Prevention and control of STD can be viewed from the perspective of the individual at risk, who prefers to avoid infection (or, if infected, to prevent complications); and from the perspective of health care providers and prevention agencies, such as health departments.  These strategies have considerable overlap.  For example, health care providers are advised to routinely test patients at risk for chlamydia, but sexually active persons can request testing when the provider does not take the initiative.  Similarly, providers should promote condom use, but only persons at risk can choose to use them.

Public Health Prevention Strategies
The mainstay of chlamydia prevention is laboratory-based screening, i.e., routine testing of persons at risk.  Because most infections are asymptomatic, case finding cannot rely on attendance by persons in health care providers’ offices or clinics.  Owing to the high frequency of chlamydia in all sexually active populations, screening recommendations are not even based on indicators of STD risk, such as number of sex partners or new sexual partnerships.  Rather, CDC and other health agencies recommend routine testing by NAAT for all women age 25 and under who are sexually active (including monogamous women) whenever they seek health care for any reason.  Laboratory screening of men theoretically would contribute to control, but widespread male screening is difficult because outwardly healthy young men do not frequently visit health care providers.  However, screening tests for men are useful when those at risk can be readily accessed, such as men who are incarcerated, military recruits, and sometimes in schools.
In addition to diagnostic screening tests, important public health chlamydia prevention strategies include promulgation and use of recommended treatment regimens, assuring treatment of infected persons’ sex partners, counseling and education programs, professional education of health care providers in clinical management and prevention, and surveillance through required reporting of infections to local and state health departments, which in turn permits the efficient targeting of prevention resources where needed.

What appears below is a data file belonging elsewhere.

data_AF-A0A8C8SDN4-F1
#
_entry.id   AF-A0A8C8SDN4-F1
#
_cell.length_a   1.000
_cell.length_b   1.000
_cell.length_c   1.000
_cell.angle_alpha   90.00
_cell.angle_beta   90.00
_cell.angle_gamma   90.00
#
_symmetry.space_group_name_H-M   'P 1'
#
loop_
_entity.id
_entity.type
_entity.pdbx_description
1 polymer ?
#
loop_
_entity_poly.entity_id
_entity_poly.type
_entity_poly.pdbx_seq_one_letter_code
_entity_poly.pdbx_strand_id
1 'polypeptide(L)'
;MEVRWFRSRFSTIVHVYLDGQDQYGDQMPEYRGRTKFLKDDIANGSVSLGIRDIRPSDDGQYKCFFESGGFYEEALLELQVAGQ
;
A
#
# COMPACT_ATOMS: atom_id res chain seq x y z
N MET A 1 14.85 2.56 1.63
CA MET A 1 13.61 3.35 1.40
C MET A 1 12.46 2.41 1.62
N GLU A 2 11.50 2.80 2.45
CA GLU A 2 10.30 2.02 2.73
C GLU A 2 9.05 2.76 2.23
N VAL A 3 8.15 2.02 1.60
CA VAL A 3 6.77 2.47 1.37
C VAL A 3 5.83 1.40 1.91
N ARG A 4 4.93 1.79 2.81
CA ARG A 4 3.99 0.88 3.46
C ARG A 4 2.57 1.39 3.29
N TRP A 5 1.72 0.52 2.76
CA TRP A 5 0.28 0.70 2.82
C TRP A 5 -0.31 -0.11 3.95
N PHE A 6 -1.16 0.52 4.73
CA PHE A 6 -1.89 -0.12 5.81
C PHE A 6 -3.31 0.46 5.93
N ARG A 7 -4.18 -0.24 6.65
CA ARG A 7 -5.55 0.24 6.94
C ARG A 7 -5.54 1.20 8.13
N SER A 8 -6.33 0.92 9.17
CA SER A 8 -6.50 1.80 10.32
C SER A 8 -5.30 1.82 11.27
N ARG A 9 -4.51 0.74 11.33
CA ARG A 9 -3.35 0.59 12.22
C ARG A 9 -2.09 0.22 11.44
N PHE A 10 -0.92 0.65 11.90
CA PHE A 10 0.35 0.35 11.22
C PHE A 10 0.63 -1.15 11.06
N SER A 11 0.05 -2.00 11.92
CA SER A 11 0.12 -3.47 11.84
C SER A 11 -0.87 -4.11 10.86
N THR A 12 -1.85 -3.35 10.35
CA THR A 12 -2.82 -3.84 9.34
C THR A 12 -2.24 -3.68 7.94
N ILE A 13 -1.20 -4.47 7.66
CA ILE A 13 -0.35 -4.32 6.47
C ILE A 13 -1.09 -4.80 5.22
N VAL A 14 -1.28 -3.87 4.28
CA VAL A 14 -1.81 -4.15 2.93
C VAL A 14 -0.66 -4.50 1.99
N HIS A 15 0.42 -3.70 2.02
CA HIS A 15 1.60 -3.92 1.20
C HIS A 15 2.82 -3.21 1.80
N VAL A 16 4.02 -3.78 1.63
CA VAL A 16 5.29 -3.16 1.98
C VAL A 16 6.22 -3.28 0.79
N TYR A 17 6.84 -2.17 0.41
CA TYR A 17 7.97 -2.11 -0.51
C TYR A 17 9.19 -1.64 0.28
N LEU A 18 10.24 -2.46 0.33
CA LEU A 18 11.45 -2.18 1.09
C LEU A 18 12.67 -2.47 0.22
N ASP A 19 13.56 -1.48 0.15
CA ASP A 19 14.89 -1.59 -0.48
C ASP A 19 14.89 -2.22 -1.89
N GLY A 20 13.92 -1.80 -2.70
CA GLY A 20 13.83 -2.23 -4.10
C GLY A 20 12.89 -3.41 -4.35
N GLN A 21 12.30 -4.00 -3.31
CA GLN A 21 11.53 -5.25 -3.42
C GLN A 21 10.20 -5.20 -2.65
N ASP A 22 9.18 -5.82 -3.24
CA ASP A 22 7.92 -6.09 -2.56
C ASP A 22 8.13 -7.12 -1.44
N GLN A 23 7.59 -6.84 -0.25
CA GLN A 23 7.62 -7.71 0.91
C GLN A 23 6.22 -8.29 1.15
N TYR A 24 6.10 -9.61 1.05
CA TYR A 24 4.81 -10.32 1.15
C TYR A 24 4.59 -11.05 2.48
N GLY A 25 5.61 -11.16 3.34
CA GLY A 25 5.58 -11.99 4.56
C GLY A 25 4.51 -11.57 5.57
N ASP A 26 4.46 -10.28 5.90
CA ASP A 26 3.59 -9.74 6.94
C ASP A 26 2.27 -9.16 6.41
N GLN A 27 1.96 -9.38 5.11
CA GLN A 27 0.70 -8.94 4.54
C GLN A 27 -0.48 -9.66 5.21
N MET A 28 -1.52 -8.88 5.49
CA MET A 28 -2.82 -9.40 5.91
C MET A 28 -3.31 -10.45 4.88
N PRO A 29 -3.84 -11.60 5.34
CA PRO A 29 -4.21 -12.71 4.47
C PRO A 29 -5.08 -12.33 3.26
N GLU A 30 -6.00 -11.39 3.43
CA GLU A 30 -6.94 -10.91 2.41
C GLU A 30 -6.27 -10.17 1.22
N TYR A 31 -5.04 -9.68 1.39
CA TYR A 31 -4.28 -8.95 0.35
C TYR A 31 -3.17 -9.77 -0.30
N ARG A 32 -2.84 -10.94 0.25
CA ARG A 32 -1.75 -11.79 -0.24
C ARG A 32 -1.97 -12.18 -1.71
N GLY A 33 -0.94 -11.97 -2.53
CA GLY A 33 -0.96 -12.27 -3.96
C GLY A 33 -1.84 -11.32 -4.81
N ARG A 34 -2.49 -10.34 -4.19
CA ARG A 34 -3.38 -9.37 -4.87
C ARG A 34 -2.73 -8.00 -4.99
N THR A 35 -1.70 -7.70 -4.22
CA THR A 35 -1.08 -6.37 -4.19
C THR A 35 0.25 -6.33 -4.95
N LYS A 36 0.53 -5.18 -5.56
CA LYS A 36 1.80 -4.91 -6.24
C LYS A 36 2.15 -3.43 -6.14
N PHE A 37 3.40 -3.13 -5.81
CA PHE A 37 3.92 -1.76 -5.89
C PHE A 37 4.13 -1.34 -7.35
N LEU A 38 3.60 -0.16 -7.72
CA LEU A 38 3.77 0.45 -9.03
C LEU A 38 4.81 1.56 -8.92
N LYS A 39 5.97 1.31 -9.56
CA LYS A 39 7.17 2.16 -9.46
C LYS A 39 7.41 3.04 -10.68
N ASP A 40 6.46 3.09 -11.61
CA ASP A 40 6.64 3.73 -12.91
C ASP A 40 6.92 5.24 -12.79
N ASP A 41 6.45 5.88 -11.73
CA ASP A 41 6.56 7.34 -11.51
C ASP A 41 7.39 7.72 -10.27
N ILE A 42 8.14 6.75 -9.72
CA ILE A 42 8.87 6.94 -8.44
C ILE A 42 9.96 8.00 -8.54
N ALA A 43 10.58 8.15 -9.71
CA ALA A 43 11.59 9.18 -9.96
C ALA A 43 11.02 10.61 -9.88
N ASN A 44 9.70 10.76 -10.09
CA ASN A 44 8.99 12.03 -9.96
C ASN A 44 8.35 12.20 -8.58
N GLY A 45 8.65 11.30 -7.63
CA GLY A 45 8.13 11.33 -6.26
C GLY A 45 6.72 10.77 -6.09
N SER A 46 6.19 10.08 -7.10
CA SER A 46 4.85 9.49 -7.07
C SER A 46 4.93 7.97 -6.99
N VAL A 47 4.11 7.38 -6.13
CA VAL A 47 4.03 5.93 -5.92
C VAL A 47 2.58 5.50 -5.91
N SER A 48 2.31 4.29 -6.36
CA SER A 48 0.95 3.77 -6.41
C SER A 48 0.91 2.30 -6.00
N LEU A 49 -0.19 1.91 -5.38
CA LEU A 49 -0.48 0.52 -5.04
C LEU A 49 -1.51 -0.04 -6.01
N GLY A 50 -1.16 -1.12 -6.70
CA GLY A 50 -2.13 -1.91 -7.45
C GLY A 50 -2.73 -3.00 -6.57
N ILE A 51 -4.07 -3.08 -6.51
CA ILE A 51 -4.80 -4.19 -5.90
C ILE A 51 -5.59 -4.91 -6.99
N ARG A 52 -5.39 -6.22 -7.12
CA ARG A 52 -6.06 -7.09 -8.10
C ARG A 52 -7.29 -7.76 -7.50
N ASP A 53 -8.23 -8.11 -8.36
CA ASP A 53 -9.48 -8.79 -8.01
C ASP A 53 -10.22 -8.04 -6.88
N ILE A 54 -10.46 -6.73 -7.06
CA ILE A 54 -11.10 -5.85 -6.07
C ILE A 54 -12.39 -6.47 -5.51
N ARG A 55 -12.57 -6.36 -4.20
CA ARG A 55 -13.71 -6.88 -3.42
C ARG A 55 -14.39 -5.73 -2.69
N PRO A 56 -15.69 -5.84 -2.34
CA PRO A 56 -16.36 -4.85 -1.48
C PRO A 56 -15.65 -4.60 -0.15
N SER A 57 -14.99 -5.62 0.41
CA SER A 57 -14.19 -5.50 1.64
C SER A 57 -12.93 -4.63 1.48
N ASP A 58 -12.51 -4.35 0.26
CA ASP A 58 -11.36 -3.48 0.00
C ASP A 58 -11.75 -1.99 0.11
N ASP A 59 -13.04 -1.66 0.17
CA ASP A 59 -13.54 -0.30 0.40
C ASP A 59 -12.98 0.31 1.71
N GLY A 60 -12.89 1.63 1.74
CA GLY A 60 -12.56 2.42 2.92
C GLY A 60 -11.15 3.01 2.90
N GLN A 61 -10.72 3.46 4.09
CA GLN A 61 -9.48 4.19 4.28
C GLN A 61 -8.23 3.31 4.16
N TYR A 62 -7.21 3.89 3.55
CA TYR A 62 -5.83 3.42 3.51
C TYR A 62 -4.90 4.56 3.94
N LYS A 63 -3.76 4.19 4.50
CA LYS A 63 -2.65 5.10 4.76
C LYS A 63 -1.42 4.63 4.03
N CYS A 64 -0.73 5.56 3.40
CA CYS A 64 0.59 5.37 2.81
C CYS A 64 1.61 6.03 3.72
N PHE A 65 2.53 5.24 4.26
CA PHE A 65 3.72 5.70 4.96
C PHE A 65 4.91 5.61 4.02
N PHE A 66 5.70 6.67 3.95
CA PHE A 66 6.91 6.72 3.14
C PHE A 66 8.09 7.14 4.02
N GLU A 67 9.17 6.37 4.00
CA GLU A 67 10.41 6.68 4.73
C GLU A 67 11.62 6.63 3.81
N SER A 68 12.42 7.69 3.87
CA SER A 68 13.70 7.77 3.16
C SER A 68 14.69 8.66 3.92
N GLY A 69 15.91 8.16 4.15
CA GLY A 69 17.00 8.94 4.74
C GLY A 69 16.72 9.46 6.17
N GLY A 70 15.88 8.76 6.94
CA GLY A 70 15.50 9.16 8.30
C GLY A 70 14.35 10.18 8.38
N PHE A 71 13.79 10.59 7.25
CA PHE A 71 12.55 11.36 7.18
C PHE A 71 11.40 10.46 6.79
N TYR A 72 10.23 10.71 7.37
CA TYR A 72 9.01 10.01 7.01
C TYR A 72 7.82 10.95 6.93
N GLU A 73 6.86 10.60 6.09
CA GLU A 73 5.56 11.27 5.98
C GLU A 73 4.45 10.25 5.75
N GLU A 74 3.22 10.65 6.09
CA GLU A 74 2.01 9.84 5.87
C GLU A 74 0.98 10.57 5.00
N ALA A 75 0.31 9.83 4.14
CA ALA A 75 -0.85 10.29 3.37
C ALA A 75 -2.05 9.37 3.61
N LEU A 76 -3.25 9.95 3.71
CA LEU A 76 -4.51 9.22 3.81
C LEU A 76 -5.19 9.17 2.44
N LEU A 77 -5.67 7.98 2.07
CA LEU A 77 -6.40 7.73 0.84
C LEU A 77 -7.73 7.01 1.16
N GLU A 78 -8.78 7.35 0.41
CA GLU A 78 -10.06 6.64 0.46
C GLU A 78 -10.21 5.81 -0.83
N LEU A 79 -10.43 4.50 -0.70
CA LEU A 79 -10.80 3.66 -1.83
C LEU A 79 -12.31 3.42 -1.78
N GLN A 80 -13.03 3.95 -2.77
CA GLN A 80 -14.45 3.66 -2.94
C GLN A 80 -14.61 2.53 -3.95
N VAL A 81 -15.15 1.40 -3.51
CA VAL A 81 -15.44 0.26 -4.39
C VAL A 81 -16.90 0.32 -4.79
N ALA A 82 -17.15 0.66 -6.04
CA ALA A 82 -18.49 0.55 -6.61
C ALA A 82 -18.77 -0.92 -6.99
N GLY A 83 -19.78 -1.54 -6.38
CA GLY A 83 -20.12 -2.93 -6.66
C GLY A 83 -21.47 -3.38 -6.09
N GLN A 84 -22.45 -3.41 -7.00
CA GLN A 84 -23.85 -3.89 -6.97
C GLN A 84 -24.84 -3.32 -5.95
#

Personal Prevention
Consistent use of condoms for vaginal or anal intercourse outside committed, mutually monogamous relationships is a core prevention strategy for all STDs and HIV infection.  Chlamydia is no exception.  No sexually transmitted pathogen passes through an intact condom, and properly used condoms—i.e., placement prior to genital penetration, with prompt removal after sex, before erection is lost—are almost 100% effective.  (Apparent failures in preventing chlamydia are due mostly to improper use or condom rupture, not to actual failures of intact condoms.)  Specific sexual practices also influence the risk of STD.  Unprotected vaginal and anal sex risks transmission from either partner to the other. Chlamydia is rarely if ever transmitted in either direction by cunnilingus or fellatio, even though these practices confer modest risk for gonorrhea, herpes, and syphilis.  In general, however, unprotected oral-genital sex carries substantially lower risk for transmission of STDs, including HIV, than unprotected vaginal or anal intercourse.